Article

Intramembrane proteolytic cleavage by human signal peptide peptidase like 3 and malaria signal peptide peptidase.

Department of Neuroscience, Mayo Clinic Jacksonville, Mayo Clinic College of Medicine, 4500 San Pablo Rd., Jacksonville, Florida 32224, USA.
The FASEB Journal (Impact Factor: 5.7). 09/2006; 20(10):1671-9. DOI: 10.1096/fj.06-5762com
Source: PubMed

ABSTRACT Signal peptide peptidase (SPP) is an intramembrane cleaving protease (I-CLiP) identified by its cleavage of several type II membrane signal peptides. To date, only human SPP has been directly shown to have proteolytic activity. Here we demonstrate that the most closely related human homologue of SPP, signal peptide peptidase like 3 (SPPL3), cleaves a SPP substrate, but a more distantly related homologue, signal peptide peptidase like 2b (SPPL2b), does not. These data provide strong evidence that the SPP and SPPL3 have conserved active sites and suggest that the active sites SPPL2b is distinct. We have also synthesized a cDNA designed to express the single SPP gene present in Plasmodium falciparum and cloned this into a mammalian expression vector. When the malaria SPP protein is expressed in mammalian cells it cleaves a SPP substrate. Notably, several human SPP inhibitors block the proteolytic activity of malarial SPP (mSPP). Studies from several model organisms that express multiple SPP homologs demonstrate that the silencing of a single SPP homologue is lethal. Based on these data, we hypothesize that mSPP is a potential a novel therapeutic target for malaria.

0 Bookmarks
 · 
61 Views
  • [Show abstract] [Hide abstract]
    ABSTRACT: Recently we have shown that the highly conserved herpes simplex virus glycoprotein K (gK) binds to signal peptide peptidase (SPP), also known as minor histocompatibility antigen H13. In this study we have demonstrated for the first time that inhibitors of SPP, such as L685,458, (Z-LL)2 ketone, aspirin, ibuprofen and DAPT, significantly reduced HSV-1 replication in tissue culture. Inhibition of SPP activity via (Z-LL)2 ketone significantly reduced viral transcripts in the nucleus of infected cells. Finally, when administered during primary infection, (Z-LL)2 ketone inhibitor reduced HSV-1 replication in the eyes of ocularly infected mice. Thus, blocking SPP activity may represent a clinically effective and expedient approach to the reduction of viral replication and the resulting pathology.
    Experimental Eye Research 04/2014; · 3.03 Impact Factor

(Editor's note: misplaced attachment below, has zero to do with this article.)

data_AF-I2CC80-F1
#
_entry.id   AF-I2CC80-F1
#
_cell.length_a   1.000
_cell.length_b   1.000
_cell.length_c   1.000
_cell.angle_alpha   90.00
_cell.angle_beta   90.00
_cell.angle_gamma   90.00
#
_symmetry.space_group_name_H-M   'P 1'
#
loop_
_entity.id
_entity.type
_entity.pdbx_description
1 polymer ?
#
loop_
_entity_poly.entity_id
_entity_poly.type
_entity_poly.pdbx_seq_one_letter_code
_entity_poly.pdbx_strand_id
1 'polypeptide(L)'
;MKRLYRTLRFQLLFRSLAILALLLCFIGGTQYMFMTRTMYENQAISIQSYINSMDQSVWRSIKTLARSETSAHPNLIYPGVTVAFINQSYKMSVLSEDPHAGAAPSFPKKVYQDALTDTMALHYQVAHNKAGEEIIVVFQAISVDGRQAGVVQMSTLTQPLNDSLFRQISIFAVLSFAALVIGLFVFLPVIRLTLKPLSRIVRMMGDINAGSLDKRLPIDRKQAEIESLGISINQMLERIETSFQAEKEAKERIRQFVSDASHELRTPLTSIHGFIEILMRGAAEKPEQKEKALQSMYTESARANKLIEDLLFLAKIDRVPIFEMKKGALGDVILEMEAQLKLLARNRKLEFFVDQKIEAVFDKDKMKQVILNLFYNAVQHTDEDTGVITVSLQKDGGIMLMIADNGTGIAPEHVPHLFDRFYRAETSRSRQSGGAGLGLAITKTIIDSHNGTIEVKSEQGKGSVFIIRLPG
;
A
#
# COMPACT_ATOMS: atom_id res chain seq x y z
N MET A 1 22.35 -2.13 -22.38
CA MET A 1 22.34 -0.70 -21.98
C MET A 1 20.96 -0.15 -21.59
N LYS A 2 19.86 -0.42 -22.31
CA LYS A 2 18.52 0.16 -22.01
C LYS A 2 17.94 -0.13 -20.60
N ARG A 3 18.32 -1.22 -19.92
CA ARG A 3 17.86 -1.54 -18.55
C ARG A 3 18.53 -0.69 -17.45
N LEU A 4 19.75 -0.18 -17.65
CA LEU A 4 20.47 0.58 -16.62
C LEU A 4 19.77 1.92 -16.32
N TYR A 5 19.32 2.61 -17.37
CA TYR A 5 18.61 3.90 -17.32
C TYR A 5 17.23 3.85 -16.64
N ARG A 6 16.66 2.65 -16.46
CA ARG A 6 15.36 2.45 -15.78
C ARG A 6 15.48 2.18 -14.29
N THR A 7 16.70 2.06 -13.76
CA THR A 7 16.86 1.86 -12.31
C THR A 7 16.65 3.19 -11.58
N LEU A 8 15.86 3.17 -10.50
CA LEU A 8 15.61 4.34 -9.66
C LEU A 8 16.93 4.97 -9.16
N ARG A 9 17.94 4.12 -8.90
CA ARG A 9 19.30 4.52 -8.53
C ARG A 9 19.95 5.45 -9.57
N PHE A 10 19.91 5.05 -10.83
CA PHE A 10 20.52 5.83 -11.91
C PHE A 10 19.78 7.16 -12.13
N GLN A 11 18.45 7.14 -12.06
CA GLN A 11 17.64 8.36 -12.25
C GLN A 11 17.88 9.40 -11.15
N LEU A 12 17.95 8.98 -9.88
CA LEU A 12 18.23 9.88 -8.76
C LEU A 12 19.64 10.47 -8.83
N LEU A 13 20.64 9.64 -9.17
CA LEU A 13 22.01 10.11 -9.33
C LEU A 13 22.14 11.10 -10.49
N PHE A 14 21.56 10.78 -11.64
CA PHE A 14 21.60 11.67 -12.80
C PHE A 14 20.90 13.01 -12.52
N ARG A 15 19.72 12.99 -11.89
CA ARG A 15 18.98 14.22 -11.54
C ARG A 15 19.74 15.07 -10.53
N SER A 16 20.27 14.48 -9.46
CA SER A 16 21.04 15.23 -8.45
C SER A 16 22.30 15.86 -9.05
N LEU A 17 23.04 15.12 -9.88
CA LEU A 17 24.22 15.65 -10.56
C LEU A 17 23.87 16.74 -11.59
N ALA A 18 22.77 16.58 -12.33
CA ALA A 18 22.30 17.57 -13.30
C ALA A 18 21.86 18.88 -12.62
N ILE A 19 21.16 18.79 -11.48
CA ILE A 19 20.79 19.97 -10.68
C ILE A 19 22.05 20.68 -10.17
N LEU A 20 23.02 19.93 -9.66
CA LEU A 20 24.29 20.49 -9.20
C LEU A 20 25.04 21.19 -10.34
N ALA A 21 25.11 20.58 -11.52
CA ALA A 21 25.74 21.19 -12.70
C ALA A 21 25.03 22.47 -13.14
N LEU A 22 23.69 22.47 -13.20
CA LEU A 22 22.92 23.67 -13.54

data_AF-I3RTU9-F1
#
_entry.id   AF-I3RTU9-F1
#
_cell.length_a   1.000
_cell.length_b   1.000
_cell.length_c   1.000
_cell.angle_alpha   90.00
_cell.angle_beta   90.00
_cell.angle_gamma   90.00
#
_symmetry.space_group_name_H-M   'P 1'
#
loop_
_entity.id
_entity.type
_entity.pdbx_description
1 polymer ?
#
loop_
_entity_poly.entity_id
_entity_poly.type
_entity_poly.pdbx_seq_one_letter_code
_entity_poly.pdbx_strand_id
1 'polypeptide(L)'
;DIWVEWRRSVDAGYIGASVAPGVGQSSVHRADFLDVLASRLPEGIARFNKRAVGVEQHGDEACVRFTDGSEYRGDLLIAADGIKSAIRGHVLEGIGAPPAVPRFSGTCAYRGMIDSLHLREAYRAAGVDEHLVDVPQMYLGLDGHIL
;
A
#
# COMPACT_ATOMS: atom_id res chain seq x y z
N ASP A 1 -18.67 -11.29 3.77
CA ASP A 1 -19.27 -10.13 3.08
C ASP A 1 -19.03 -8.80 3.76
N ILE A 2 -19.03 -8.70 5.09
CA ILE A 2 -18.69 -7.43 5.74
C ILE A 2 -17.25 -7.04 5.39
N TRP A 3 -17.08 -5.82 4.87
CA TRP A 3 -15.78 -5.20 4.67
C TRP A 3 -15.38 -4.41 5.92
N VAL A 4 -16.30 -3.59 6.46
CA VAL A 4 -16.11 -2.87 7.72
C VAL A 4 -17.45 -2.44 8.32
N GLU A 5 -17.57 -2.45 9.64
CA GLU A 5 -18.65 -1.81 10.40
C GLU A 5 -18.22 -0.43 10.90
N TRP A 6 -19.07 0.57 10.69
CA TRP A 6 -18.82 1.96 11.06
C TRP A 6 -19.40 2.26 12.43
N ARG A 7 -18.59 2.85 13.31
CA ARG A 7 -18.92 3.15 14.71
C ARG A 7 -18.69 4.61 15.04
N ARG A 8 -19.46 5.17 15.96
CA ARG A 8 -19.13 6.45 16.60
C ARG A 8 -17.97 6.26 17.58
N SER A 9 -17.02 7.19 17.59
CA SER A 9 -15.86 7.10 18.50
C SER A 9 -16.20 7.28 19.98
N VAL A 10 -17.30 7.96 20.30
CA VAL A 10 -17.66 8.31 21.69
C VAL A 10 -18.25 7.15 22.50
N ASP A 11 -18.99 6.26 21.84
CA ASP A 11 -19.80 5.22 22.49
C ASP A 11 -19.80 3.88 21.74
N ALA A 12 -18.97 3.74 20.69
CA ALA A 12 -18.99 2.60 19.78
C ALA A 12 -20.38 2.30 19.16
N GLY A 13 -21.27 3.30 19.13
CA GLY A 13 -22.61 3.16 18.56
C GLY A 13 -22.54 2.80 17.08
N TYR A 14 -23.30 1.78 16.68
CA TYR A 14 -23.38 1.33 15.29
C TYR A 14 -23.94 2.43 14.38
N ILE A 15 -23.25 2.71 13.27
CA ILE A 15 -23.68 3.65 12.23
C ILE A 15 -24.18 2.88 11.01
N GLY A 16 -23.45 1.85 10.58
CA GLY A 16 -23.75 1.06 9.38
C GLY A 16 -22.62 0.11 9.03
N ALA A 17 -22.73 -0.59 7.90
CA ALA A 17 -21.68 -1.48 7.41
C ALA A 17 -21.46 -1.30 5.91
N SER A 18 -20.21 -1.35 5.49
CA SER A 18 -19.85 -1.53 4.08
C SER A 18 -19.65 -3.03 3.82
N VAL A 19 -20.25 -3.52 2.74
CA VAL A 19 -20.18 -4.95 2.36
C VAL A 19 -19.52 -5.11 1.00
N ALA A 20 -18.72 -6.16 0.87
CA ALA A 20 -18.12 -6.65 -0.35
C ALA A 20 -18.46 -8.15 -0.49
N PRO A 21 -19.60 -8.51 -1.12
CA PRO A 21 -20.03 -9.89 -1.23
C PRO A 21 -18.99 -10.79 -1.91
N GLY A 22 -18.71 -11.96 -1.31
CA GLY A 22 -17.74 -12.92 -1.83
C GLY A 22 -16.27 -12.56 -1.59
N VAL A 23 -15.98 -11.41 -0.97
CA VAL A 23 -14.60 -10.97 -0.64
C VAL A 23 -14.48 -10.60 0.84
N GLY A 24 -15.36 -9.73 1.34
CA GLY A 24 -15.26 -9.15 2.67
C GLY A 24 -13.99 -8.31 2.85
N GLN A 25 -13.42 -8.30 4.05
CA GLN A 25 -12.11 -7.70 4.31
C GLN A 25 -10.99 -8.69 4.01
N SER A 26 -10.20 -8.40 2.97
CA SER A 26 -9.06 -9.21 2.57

• [Show abstract] [Hide abstract]
    ABSTRACT: Signal peptide peptidase (SPP), its homologues the SPP-like proteases SPPL2a/b/c, and SPPL3 as well as presenilin, the catalytic subunit of the γ-secretase complex, are intramembrane-cleaving aspartyl proteases of the GxGD type. In this study we identified the 18 kDa leader peptide (LP18) of the foamy virus envelope protein (FVenv) as a new substrate for intramembrane proteolysis by human SPPL3 and SPPL2a/b. In contrast to SPPL2a/b and γ-secretase, which require substrates with an ectodomain shorter than 60 amino acids for efficient intramembrane proteolysis, SPPL3 cleaves mutant FVenv, lacking the pro-protein convertase cleavage site necessary for the preceding shedding. Moreover, the cleavage product of FVenv generated by SPPL3 serves as a new substrate for consecutive intramembrane cleavage by SPPL2a/b. Thus human SPPL3 is the first GxGD type aspartyl protease shown to be capable of acting like a sheddase, similar to members of the rhomboid family, which belong to the class of intramembrane cleaving serine proteases.
    Journal of Biological Chemistry 11/2012; · 4.65 Impact Factor
  • [Show abstract] [Hide abstract]
    ABSTRACT: Signal peptide peptidase (SPP) and the homologous SPP-like (SPPL) proteases SPPL2a, SPPL2b, SPPL2c and SPPL3 belong to the family of GxGD intramembrane proteases. SPP/SPPLs selectively cleave transmembrane domains in type II orientation and do not require additional co-factors for proteolytic activity. Orthologues of SPP and SPPLs have been identified in other vertebrates, plants, and eukaryotes. In line with their diverse subcellular localisations ranging from the ER (SPP, SPPL2c), the Golgi (SPPL3), the plasma membrane (SPPL2b) to lysosomes/late endosomes (SPPL2a), the different members of the SPP/SPPL family seem to exhibit distinct functions. Here, we review the substrates of these proteases identified to date as well as the current state of knowledge about the physiological implications of these proteolytic events as deduced from in vivo studies. Furthermore, the present knowledge on the structure of intramembrane proteases of the SPP/SPPL family, their cleavage mechanism and their substrate requirements are summarised. This article is part of a Special Issue entitled: Intramembrane Proteases.
    Biochimica et Biophysica Acta 12/2013; 1828(12):2828-2839. · 4.66 Impact Factor

Full-text (2 Sources)

View
1 Download
Available from
Jun 10, 2014